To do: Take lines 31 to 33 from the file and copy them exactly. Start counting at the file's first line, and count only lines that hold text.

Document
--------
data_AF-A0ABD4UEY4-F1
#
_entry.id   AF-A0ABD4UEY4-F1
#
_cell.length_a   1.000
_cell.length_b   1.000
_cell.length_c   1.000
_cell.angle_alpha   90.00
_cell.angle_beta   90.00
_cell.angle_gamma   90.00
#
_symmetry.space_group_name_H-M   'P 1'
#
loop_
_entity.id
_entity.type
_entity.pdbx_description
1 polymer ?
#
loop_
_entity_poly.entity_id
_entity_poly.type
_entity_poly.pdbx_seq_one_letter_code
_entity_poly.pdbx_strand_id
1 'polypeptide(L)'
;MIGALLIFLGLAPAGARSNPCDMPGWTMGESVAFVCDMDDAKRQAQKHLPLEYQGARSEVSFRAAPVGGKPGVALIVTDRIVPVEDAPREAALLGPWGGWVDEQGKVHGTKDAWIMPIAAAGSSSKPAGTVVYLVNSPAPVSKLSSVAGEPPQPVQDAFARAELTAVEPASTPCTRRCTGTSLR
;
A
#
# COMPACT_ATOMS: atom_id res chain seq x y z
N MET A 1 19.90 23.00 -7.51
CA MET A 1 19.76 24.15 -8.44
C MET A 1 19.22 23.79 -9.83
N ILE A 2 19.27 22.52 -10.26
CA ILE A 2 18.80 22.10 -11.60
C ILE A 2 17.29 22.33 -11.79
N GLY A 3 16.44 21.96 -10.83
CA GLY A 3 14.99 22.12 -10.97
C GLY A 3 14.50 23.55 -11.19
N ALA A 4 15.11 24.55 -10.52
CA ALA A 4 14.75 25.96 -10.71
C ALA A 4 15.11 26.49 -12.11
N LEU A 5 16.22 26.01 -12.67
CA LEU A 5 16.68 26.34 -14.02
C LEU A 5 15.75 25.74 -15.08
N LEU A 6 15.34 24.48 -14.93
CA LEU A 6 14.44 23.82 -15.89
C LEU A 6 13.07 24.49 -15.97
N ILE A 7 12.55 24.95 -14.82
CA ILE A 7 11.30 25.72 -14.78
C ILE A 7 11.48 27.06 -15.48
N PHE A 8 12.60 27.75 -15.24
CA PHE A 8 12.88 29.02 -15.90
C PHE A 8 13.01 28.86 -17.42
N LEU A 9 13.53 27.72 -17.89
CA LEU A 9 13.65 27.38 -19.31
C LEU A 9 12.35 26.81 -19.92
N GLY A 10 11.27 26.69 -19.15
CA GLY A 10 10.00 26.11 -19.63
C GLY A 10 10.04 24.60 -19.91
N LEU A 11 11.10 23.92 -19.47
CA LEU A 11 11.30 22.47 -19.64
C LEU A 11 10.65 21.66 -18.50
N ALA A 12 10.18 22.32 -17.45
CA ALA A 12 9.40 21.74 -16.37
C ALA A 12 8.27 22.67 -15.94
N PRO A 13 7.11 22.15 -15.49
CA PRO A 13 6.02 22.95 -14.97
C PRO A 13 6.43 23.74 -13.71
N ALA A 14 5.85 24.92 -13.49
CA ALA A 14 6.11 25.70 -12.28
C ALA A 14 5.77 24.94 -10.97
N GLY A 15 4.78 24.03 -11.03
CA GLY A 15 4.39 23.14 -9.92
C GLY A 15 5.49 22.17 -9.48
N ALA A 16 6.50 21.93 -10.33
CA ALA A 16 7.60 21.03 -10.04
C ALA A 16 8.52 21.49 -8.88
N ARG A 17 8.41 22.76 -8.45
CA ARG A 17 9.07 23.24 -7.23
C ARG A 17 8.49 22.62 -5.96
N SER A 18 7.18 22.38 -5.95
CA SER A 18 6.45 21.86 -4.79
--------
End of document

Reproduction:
N MET A 1 19.90 23.00 -7.51
CA MET A 1 19.76 24.15 -8.44
C MET A 1 19.22 23.79 -9.83